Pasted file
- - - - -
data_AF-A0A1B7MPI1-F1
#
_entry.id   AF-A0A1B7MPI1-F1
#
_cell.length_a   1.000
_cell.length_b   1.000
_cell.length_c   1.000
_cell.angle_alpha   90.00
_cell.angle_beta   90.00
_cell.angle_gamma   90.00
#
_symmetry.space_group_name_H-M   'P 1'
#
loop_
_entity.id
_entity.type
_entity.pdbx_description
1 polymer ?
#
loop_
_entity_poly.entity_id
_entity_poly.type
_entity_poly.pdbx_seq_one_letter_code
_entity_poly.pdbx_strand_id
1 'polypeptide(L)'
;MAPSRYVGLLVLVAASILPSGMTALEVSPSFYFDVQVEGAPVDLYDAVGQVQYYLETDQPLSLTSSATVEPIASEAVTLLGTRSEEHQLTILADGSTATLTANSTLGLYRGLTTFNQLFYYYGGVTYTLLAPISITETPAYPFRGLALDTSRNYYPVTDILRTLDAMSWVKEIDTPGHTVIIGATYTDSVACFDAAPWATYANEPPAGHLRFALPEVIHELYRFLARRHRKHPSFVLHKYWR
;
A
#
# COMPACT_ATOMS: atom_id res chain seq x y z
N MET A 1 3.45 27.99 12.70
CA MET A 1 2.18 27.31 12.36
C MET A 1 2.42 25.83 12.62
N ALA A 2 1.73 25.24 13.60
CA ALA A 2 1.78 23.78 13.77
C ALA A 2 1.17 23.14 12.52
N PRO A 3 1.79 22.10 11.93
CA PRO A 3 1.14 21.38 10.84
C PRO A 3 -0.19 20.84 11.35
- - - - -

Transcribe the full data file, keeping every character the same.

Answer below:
data_AF-A0A1B7MPI1-F1
#
_entry.id   AF-A0A1B7MPI1-F1
#
_cell.length_a   1.000
_cell.length_b   1.000
_cell.length_c   1.000
_cell.angle_alpha   90.00
_cell.angle_beta   90.00
_cell.angle_gamma   90.00
#
_symmetry.space_group_name_H-M   'P 1'
#
loop_
_entity.id
_entity.type
_entity.pdbx_description
1 polymer ?
#
loop_
_entity_poly.entity_id
_entity_poly.type
_entity_poly.pdbx_seq_one_letter_code
_entity_poly.pdbx_strand_id
1 'polypeptide(L)'
;MAPSRYVGLLVLVAASILPSGMTALEVSPSFYFDVQVEGAPVDLYDAVGQVQYYLETDQPLSLTSSATVEPIASEAVTLLGTRSEEHQLTILADGSTATLTANSTLGLYRGLTTFNQLFYYYGGVTYTLLAPISITETPAYPFRGLALDTSRNYYPVTDILRTLDAMSWVKEIDTPGHTVIIGATYTDSVACFDAAPWATYANEPPAGHLRFALPEVIHELYRFLARRHRKHPSFVLHKYWR
;
A
#
# COMPACT_ATOMS: atom_id res chain seq x y z
N MET A 1 3.45 27.99 12.70
CA MET A 1 2.18 27.31 12.36
C MET A 1 2.42 25.83 12.62
N ALA A 2 1.73 25.24 13.60
CA ALA A 2 1.78 23.78 13.77
C ALA A 2 1.17 23.14 12.52
N PRO A 3 1.79 22.10 11.93
CA PRO A 3 1.14 21.38 10.84
C PRO A 3 -0.19 20.84 11.35